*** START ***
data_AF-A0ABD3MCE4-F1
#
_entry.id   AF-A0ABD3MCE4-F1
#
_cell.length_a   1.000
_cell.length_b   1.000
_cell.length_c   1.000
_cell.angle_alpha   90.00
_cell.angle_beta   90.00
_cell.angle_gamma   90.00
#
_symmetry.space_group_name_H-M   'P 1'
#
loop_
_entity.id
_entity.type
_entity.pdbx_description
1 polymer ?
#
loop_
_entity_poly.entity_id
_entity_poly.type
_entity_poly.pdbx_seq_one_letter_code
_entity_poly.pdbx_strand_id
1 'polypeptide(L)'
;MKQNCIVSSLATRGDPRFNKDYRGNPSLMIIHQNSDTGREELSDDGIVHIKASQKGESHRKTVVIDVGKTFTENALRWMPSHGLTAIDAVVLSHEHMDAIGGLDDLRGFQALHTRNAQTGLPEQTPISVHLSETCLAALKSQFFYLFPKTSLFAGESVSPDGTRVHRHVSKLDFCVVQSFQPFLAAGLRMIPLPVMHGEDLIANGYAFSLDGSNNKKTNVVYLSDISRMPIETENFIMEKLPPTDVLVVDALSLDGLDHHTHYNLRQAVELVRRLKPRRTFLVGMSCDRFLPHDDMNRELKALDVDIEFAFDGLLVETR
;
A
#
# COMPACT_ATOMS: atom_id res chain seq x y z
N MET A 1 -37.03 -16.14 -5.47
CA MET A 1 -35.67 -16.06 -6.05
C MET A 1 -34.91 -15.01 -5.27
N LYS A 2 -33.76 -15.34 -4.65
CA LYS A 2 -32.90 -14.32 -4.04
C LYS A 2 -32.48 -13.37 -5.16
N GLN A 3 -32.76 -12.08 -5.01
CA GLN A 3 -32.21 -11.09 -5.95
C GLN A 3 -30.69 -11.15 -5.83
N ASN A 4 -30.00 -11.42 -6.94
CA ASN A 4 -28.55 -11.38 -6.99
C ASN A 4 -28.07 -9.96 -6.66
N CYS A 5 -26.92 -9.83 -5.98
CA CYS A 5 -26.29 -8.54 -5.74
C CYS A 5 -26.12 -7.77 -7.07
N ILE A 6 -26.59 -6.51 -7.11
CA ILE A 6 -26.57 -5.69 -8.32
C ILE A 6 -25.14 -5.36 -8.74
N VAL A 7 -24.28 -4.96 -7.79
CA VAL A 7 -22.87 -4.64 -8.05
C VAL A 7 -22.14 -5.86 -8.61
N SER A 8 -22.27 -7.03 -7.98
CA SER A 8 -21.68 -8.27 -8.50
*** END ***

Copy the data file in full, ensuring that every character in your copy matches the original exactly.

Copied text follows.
data_AF-A0ABD3MCE4-F1
#
_entry.id   AF-A0ABD3MCE4-F1
#
_cell.length_a   1.000
_cell.length_b   1.000
_cell.length_c   1.000
_cell.angle_alpha   90.00
_cell.angle_beta   90.00
_cell.angle_gamma   90.00
#
_symmetry.space_group_name_H-M   'P 1'
#
loop_
_entity.id
_entity.type
_entity.pdbx_description
1 polymer ?
#
loop_
_entity_poly.entity_id
_entity_poly.type
_entity_poly.pdbx_seq_one_letter_code
_entity_poly.pdbx_strand_id
1 'polypeptide(L)'
;MKQNCIVSSLATRGDPRFNKDYRGNPSLMIIHQNSDTGREELSDDGIVHIKASQKGESHRKTVVIDVGKTFTENALRWMPSHGLTAIDAVVLSHEHMDAIGGLDDLRGFQALHTRNAQTGLPEQTPISVHLSETCLAALKSQFFYLFPKTSLFAGESVSPDGTRVHRHVSKLDFCVVQSFQPFLAAGLRMIPLPVMHGEDLIANGYAFSLDGSNNKKTNVVYLSDISRMPIETENFIMEKLPPTDVLVVDALSLDGLDHHTHYNLRQAVELVRRLKPRRTFLVGMSCDRFLPHDDMNRELKALDVDIEFAFDGLLVETR
;
A
#
# COMPACT_ATOMS: atom_id res chain seq x y z
N MET A 1 -37.03 -16.14 -5.47
CA MET A 1 -35.67 -16.06 -6.05
C MET A 1 -34.91 -15.01 -5.27
N LYS A 2 -33.76 -15.34 -4.65
CA LYS A 2 -32.90 -14.32 -4.04
C LYS A 2 -32.48 -13.37 -5.16
N GLN A 3 -32.76 -12.08 -5.01
CA GLN A 3 -32.21 -11.09 -5.95
C GLN A 3 -30.69 -11.15 -5.83
N ASN A 4 -30.00 -11.42 -6.94
CA ASN A 4 -28.55 -11.38 -6.99
C ASN A 4 -28.07 -9.96 -6.66
N CYS A 5 -26.92 -9.83 -5.98
CA CYS A 5 -26.29 -8.54 -5.74
C CYS A 5 -26.12 -7.77 -7.07
N ILE A 6 -26.59 -6.51 -7.11
CA ILE A 6 -26.57 -5.69 -8.32
C ILE A 6 -25.14 -5.36 -8.74
N VAL A 7 -24.28 -4.96 -7.79
CA VAL A 7 -22.87 -4.64 -8.05
C VAL A 7 -22.14 -5.86 -8.61
N SER A 8 -22.27 -7.03 -7.98
CA SER A 8 -21.68 -8.27 -8.50